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France debates Muslim dress ban

I originally wrote a piece last year about the cultural differences between the U.S. and France concerning religion and society, mentioning the ban on Muslim headscarves in public schools as an important flash point between the two cultures. You can read it in my file here, starting on page 9. You can also access it here.

Now some French Members of Parliament are proposing a potential ban on the Muslim black veil that covers everything but the eyes, called the niqab. French media are mistakenly calling it the “burqa” (also spelled “burka”), which is in fact a body-length cloth that covers the eyes (with a screen to see), something you may see in Afghanistan. I mention this difference in my article, as does The Economist.

As BBC reports, the proposal is sparking heated debate across the country:

The BBC’s Hugh Schofield, in Paris, says the reasoning behind the report is to make it as impractical as possible for women in face veils to go about their daily business.
There is also a fear that an outright ban would not only be difficult to implement but would be distasteful and could make France a target for terrorism, our correspondent says. France has an estimated five million Muslims – the largest such population in Western Europe.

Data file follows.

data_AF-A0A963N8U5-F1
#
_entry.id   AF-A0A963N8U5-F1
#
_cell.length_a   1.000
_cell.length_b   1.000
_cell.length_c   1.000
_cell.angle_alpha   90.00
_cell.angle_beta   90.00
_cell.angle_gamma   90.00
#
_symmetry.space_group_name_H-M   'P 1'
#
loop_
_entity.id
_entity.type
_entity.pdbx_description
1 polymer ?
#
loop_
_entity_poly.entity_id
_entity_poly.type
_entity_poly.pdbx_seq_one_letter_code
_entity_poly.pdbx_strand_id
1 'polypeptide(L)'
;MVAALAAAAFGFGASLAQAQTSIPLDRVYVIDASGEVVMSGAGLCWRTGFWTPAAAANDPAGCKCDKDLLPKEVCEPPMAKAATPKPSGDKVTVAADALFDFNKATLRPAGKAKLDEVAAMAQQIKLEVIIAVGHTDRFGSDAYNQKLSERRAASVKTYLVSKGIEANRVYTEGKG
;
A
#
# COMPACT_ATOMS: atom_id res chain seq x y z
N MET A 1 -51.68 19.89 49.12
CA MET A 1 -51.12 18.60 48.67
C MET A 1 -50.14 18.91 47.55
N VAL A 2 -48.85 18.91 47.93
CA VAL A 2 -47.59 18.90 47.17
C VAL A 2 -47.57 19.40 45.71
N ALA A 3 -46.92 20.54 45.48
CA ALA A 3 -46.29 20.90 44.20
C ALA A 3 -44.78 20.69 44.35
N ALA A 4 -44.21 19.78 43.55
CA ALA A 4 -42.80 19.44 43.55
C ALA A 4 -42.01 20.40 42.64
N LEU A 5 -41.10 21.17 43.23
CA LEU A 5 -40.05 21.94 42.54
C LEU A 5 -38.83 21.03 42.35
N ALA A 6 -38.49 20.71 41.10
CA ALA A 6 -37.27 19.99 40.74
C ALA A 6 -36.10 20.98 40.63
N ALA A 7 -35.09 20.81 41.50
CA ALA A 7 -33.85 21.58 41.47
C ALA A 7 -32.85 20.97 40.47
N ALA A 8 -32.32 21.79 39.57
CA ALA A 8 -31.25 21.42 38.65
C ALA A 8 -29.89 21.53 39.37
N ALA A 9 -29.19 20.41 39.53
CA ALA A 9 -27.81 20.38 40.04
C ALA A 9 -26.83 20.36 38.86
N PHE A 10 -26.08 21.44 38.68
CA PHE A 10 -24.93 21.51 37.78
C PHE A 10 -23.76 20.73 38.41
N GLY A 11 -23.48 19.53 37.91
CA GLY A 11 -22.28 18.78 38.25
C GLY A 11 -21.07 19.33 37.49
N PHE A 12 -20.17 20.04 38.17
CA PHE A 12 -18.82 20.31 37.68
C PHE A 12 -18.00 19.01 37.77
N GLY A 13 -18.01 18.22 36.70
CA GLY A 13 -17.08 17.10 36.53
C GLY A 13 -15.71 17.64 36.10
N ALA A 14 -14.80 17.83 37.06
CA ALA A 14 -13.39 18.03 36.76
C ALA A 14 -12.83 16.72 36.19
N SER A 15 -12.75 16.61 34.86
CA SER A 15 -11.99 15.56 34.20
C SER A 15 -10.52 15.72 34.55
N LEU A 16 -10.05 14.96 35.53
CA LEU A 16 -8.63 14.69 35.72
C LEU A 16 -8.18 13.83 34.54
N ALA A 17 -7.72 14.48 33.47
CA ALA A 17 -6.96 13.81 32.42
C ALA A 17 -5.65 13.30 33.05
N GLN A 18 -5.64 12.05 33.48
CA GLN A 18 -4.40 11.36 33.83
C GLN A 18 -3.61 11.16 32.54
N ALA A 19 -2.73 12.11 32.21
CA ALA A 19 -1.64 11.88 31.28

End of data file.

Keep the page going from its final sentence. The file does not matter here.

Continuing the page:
What this comes down to is a clash between the French values of secularism and liberty. It is a debate that goes to the core of what it means to be French, and viewed within the context of the other debate on “national identity“, France may be perceived as going through a bit of an identity crisis – what is it to be French?

There is certainly an increasingly ethnically diverse population, but with that comes tension with the old order and in some cases, integration problems and racism. Many countries are confronted with immigration and racism problems, however, and the challenge is to see how France adjusts to the ongoing changes to its social structure.

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  1. January 28th, 2010 at 21:41 | #1

    I lived in Kuwait for a couple of years and had to abide by the local rules and customs.

    No chance of a bar or pub in my location.

    So I say When in Roman do as the Romans, if you don’t like it leave – its that simple. Why should countries and governments bend over backwards to suit ANY culture or religion when its not retrospectively observed


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